9 Essential Tips For Small Businesses
There are a million different things to consider when you’re setting up your own business. Some are less important and some are entirely critical. Here is a quick list of things you should keep in mind when you’re just getting started.
1. Start as you mean to go on.
It’s very important to set up your business as a separate entity from the start in order to protect yourself and your personal assets. It is extremely important to determine the proper entity structure as this will affect how you borrow money, how you are taxed and how you structure the sale in the event that you sell your business. If you neglect to do this, you will be personally responsible for all obligations and debts that your business may incur.
New businesses can have a very low cash flow to start off with and as such many lenders will ask the owner to personally guarantee any loans. The potential impact of this request must not be underestimated as a failed business can have grave financial consequences on the owners.
2. Keep Records
It is required by law that you keep full and proper records of all company actions and transactions. This includes payroll, taxes, company decisions, licensing and permits, health and safety requirements and maintenance of company bookkeeping. There must also be a clear definition between your company and business finances.
3. Insist on written contracts and agreements.
Having well written and considered contracts and agreements can limit and avoid future disputes leading to much smoother running of the business. You must consider all eventualities from the voting rights of new shareholders to sales processes in the event of selling the company. Give these items due consideration in the early stages of the business so that you don’t have to worry about them later on.
4. Insist on NDAs
Finding and setting up new partnerships can mean the difference between a thriving business and a failed one but it is of utmost importance to protect your company’s processes, know-how and systems whilst doing so. With this in mind, it’s essential to get a signed NDA from any prospective partner before disclosing any sensitive information.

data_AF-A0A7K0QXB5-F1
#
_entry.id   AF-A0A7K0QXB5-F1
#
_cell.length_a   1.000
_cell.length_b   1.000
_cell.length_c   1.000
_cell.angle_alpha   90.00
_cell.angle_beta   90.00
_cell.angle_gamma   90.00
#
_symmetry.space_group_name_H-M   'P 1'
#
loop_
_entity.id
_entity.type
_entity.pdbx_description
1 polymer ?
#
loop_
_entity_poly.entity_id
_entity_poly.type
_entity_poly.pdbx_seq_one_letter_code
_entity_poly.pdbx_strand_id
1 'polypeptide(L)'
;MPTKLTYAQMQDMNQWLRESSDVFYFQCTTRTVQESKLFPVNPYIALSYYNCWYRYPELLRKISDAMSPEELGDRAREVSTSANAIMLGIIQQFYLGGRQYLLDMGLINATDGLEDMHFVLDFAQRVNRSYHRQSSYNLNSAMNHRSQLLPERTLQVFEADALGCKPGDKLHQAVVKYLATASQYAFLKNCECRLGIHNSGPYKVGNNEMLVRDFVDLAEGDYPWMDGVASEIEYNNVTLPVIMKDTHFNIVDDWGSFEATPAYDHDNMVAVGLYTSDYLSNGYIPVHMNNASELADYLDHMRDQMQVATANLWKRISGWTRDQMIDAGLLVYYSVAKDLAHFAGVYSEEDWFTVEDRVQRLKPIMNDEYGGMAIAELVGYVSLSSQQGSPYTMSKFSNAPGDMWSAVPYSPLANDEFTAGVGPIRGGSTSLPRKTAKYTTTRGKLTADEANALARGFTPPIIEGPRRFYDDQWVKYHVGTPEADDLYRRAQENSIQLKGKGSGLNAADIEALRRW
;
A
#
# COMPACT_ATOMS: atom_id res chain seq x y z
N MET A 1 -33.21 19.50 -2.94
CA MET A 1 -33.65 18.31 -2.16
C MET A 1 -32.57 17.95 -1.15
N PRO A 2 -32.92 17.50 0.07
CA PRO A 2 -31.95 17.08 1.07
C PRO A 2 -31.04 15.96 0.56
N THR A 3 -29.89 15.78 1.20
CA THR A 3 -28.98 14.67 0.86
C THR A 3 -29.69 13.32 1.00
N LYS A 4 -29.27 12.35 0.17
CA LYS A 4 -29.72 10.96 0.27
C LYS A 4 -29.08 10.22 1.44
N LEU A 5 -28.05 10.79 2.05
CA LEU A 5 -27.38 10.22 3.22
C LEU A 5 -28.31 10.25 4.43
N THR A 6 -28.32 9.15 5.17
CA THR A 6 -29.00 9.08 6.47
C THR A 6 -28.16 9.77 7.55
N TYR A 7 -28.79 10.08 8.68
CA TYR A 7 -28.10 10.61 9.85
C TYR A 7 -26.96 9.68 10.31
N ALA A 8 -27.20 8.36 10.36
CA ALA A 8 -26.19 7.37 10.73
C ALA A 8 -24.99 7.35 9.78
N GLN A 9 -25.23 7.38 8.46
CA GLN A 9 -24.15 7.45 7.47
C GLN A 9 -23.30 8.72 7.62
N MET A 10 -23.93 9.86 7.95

5. Use Employment and Independent Contractor Agreements
Be very specific in these agreements in order to avoid any misunderstandings or confusion. It is critical to have the right employees and to ensure their happiness. A comprehensive employment contract is the first step on this road. These contracts and agreements will also stop your employees from using your companies resources to start their own company in competition to your own.
6.Ensure that your intellectual property is protected
Any inventions, processes, discoveries or work that has resulted from your companies creativity must be protected. You should properly register, copywrite, trademark and patent wherever applicable. Do it early to safeguard against future developments.
7. Create an employee handbook.
A handbook is essential for managing employment matters. It clarifies exactly what is expected of employees and explains expectations and procedures. This clarification can help to avoid expensive litigation in the future.
8. Plan ahead to avoid litigation.
Litigation is generally an expensive last resort and as such as much should be done as possible to avoid it. In many cases, it can be avoided by diligence and fully understanding your commitments before signing any contract. Diligent documentation of company matters also often helps in avoiding litigation.
9. Get good legal representation.
Ensure that you have built a legally strong foundation for your business right from the start by seeking legal advice early on. Bad decisions or a lack of understanding can often lead to problems in a company’s future. It’s far easier and far cheaper for a lawyer to build the legal framework correctly from the beginning than it is to retrospectively adjust it and correct problems.
An experienced lawyer can help a start-up business to avoid legal issues from the start, nipping any issues in the bud before they become destructive. You should ensure that you always seek legal advice before you make any decision of consequence to your business.